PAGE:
David Cameron has said his party is engaged in a "battle for the backbone of Britain" and that meeting small businesses "pumps" him up, unveiling the Tories' small business manifesto in a noticeably more passionate address than in the previous weeks of campaigning.
The Conservatives plan to relieve small businesses of £10bn worth of regulation if they win the General Election and want to see 600,000 new businesses created every year by 2020.
Cameron vowed to launch a review into how the next government could make life easier for the self-employed. He added there would be a "radical" investigation of the business rates system, which has been widely called for by business groups for some time.
The employment allowance which currently applies to 450,000 small business would also remain in place under a Tory government.
Cameron's performance in London was full of energy and well received by the party faithful. The animated remarks follow on from a widely praised speech he delivered yesterday marking something of a shift in Cameron's tone. The Tory leader has been under fire over the course of the campaign for failing to show enthusiasm for winning the election.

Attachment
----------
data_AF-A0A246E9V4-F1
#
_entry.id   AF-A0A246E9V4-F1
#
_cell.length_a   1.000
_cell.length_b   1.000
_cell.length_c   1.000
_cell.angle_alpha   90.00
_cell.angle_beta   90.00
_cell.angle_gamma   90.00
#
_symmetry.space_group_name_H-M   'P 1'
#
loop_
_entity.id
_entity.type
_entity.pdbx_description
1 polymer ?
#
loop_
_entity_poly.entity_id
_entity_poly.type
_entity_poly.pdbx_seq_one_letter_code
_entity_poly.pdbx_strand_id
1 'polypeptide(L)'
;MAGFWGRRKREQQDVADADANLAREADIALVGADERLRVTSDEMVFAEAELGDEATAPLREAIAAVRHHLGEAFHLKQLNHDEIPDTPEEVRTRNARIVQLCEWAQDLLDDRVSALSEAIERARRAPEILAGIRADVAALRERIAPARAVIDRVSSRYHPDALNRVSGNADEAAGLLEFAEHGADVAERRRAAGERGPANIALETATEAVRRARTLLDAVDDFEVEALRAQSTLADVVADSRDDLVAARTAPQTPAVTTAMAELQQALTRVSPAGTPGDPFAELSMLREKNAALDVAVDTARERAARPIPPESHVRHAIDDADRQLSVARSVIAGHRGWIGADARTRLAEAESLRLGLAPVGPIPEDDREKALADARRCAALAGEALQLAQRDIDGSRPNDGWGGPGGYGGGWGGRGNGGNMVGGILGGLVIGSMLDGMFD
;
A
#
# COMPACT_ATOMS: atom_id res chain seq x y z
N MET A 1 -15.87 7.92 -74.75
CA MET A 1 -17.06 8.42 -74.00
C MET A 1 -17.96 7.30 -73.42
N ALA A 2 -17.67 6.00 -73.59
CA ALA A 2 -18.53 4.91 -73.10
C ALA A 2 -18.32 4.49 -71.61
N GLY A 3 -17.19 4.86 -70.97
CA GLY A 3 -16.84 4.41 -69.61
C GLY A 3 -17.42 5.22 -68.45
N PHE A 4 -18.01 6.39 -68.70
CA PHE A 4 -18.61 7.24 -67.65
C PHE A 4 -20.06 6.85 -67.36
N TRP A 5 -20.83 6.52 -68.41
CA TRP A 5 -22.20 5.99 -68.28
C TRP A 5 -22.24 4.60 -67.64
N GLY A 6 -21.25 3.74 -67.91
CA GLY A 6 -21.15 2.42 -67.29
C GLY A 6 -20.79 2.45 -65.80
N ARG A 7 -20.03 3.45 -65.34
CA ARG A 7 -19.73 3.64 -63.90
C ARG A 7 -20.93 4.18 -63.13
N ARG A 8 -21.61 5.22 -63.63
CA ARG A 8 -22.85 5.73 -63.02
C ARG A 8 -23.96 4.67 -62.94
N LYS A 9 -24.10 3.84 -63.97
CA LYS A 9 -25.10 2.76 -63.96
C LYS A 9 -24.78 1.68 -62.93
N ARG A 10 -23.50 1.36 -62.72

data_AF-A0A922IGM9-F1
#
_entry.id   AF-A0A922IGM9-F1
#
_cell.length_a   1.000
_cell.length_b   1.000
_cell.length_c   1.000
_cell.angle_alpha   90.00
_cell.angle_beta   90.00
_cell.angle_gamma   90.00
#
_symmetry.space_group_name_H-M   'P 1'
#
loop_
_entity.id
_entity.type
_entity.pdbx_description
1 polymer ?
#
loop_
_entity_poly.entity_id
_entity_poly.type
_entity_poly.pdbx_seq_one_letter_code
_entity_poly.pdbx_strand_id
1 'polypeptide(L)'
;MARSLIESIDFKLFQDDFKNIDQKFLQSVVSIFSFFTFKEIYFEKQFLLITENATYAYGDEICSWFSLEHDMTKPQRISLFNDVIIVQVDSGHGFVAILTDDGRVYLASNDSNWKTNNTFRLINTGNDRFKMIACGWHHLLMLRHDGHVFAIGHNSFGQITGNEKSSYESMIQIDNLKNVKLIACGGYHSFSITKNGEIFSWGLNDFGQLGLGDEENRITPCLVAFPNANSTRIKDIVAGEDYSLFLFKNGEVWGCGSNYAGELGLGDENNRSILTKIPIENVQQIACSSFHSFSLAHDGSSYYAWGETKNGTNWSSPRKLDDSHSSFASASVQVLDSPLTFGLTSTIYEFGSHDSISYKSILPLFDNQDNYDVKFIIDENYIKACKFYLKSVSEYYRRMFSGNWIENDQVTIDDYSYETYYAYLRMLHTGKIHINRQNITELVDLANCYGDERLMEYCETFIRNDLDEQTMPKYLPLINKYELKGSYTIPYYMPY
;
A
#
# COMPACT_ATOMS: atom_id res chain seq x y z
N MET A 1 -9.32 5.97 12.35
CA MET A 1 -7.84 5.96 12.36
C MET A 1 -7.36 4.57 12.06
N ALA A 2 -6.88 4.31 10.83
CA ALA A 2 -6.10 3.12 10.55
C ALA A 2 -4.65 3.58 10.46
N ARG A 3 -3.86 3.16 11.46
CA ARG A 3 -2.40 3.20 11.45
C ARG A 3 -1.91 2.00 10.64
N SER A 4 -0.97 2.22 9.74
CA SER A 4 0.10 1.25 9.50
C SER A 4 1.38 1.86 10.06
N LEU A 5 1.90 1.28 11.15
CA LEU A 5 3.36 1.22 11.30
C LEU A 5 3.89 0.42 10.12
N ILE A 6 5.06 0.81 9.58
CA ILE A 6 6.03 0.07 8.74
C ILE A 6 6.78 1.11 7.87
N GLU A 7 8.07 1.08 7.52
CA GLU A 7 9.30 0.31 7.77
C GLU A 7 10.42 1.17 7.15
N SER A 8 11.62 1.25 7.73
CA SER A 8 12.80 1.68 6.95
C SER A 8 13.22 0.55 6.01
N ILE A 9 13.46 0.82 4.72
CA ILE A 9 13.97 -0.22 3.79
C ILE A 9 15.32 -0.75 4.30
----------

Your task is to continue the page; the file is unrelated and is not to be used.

Responding to a question from ITV News about his upbeat performance, the PM confirmed he had his porridge for breakfast.
The pledge was boosted this morning by a letter to the Telegraph signed by 5,000 small businesses supporting the Conservatives. However, this display of support had some of the shine removed when it was rather unsurprisingly found out to have been orchestrated by Conservative Campaign Headquarters (CCHQ).
Asked by Sky News whether today's speech was a response to Ed Miliband's "hell yes" moment when the Labour leader sought to toughen up his image during the televised leader one-to-ones a month ago.
The PM took a shot at Miliband, saying he preferred to give a speech in the traditional English rather than hiring an American coach to train him to give him a line, in a thinly veiled reference to reports Miliband has hired a "leadership guru".
The PM hopes a more feisty campaign may shift the polls that still have the Tories in a dead heat with Labour.